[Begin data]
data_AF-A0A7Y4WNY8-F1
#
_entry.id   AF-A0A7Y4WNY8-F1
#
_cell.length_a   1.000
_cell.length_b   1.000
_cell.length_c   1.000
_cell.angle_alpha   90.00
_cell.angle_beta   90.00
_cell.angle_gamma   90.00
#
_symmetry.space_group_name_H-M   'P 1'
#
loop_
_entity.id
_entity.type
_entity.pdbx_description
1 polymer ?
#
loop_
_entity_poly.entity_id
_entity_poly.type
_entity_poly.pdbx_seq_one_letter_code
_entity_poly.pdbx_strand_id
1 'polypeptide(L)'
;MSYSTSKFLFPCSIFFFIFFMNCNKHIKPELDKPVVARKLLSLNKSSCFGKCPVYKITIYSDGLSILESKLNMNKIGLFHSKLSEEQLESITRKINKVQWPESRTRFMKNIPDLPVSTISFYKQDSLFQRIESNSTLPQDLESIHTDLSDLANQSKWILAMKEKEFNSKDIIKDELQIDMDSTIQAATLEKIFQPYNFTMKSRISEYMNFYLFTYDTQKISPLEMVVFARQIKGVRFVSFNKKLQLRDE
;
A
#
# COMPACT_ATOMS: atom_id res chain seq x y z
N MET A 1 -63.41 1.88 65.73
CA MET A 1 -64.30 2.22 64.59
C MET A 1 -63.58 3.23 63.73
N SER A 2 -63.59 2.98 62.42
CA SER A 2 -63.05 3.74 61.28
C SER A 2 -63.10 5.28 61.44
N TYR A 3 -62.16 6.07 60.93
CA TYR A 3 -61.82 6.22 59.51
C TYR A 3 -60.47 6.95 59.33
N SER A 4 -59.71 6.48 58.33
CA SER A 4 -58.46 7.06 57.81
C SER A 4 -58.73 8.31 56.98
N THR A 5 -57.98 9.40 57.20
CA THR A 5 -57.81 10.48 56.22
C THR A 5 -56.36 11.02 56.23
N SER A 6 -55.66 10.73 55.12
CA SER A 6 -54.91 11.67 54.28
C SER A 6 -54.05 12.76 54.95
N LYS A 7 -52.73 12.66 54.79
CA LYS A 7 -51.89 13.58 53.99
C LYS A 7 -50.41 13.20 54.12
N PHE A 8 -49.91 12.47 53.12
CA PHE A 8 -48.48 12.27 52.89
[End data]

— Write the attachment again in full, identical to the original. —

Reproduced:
data_AF-A0A7Y4WNY8-F1
#
_entry.id   AF-A0A7Y4WNY8-F1
#
_cell.length_a   1.000
_cell.length_b   1.000
_cell.length_c   1.000
_cell.angle_alpha   90.00
_cell.angle_beta   90.00
_cell.angle_gamma   90.00
#
_symmetry.space_group_name_H-M   'P 1'
#
loop_
_entity.id
_entity.type
_entity.pdbx_description
1 polymer ?
#
loop_
_entity_poly.entity_id
_entity_poly.type
_entity_poly.pdbx_seq_one_letter_code
_entity_poly.pdbx_strand_id
1 'polypeptide(L)'
;MSYSTSKFLFPCSIFFFIFFMNCNKHIKPELDKPVVARKLLSLNKSSCFGKCPVYKITIYSDGLSILESKLNMNKIGLFHSKLSEEQLESITRKINKVQWPESRTRFMKNIPDLPVSTISFYKQDSLFQRIESNSTLPQDLESIHTDLSDLANQSKWILAMKEKEFNSKDIIKDELQIDMDSTIQAATLEKIFQPYNFTMKSRISEYMNFYLFTYDTQKISPLEMVVFARQIKGVRFVSFNKKLQLRDE
;
A
#
# COMPACT_ATOMS: atom_id res chain seq x y z
N MET A 1 -63.41 1.88 65.73
CA MET A 1 -64.30 2.22 64.59
C MET A 1 -63.58 3.23 63.73
N SER A 2 -63.59 2.98 62.42
CA SER A 2 -63.05 3.74 61.28
C SER A 2 -63.10 5.28 61.44
N TYR A 3 -62.16 6.07 60.93
CA TYR A 3 -61.82 6.22 59.51
C TYR A 3 -60.47 6.95 59.33
N SER A 4 -59.71 6.48 58.33
CA SER A 4 -58.46 7.06 57.81
C SER A 4 -58.73 8.31 56.98
N THR A 5 -57.98 9.40 57.20
CA THR A 5 -57.81 10.48 56.22
C THR A 5 -56.36 11.02 56.23
N SER A 6 -55.66 10.73 55.12
CA SER A 6 -54.91 11.67 54.28
C SER A 6 -54.05 12.76 54.95
N LYS A 7 -52.73 12.66 54.79
CA LYS A 7 -51.89 13.58 53.99
C LYS A 7 -50.41 13.20 54.12
N PHE A 8 -49.91 12.47 53.12
CA PHE A 8 -48.48 12.27 52.89